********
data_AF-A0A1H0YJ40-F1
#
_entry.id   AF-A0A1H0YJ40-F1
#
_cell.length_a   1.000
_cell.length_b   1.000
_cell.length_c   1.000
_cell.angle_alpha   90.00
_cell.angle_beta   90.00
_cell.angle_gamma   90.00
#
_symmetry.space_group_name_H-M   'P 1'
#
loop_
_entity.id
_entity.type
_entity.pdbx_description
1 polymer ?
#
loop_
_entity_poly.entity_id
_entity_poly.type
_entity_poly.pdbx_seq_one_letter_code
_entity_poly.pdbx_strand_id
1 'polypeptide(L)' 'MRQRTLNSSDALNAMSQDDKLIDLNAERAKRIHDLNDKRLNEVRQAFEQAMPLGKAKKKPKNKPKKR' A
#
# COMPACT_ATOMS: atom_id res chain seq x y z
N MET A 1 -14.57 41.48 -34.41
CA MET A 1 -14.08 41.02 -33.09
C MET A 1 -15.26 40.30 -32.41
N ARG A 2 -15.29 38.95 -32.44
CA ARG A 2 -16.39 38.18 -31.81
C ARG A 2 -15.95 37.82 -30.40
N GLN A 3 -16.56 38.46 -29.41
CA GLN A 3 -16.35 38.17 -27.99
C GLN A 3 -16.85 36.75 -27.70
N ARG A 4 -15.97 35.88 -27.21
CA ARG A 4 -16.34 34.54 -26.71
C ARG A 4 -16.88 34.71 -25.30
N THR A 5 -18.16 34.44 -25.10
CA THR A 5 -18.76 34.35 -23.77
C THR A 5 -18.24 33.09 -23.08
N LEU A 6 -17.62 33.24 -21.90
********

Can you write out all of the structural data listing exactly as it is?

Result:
data_AF-A0A1H0YJ40-F1
#
_entry.id   AF-A0A1H0YJ40-F1
#
_cell.length_a   1.000
_cell.length_b   1.000
_cell.length_c   1.000
_cell.angle_alpha   90.00
_cell.angle_beta   90.00
_cell.angle_gamma   90.00
#
_symmetry.space_group_name_H-M   'P 1'
#
loop_
_entity.id
_entity.type
_entity.pdbx_description
1 polymer ?
#
loop_
_entity_poly.entity_id
_entity_poly.type
_entity_poly.pdbx_seq_one_letter_code
_entity_poly.pdbx_strand_id
1 'polypeptide(L)' 'MRQRTLNSSDALNAMSQDDKLIDLNAERAKRIHDLNDKRLNEVRQAFEQAMPLGKAKKKPKNKPKKR' A
#
# COMPACT_ATOMS: atom_id res chain seq x y z
N MET A 1 -14.57 41.48 -34.41
CA MET A 1 -14.08 41.02 -33.09
C MET A 1 -15.26 40.30 -32.41
N ARG A 2 -15.29 38.95 -32.44
CA ARG A 2 -16.39 38.18 -31.81
C ARG A 2 -15.95 37.82 -30.40
N GLN A 3 -16.56 38.46 -29.41
CA GLN A 3 -16.35 38.17 -27.99
C GLN A 3 -16.85 36.75 -27.70
N ARG A 4 -15.97 35.88 -27.21
CA ARG A 4 -16.34 34.54 -26.71
C ARG A 4 -16.88 34.71 -25.30
N THR A 5 -18.16 34.44 -25.10
CA THR A 5 -18.76 34.35 -23.77
C THR A 5 -18.24 33.09 -23.08
N LEU A 6 -17.62 33.24 -21.90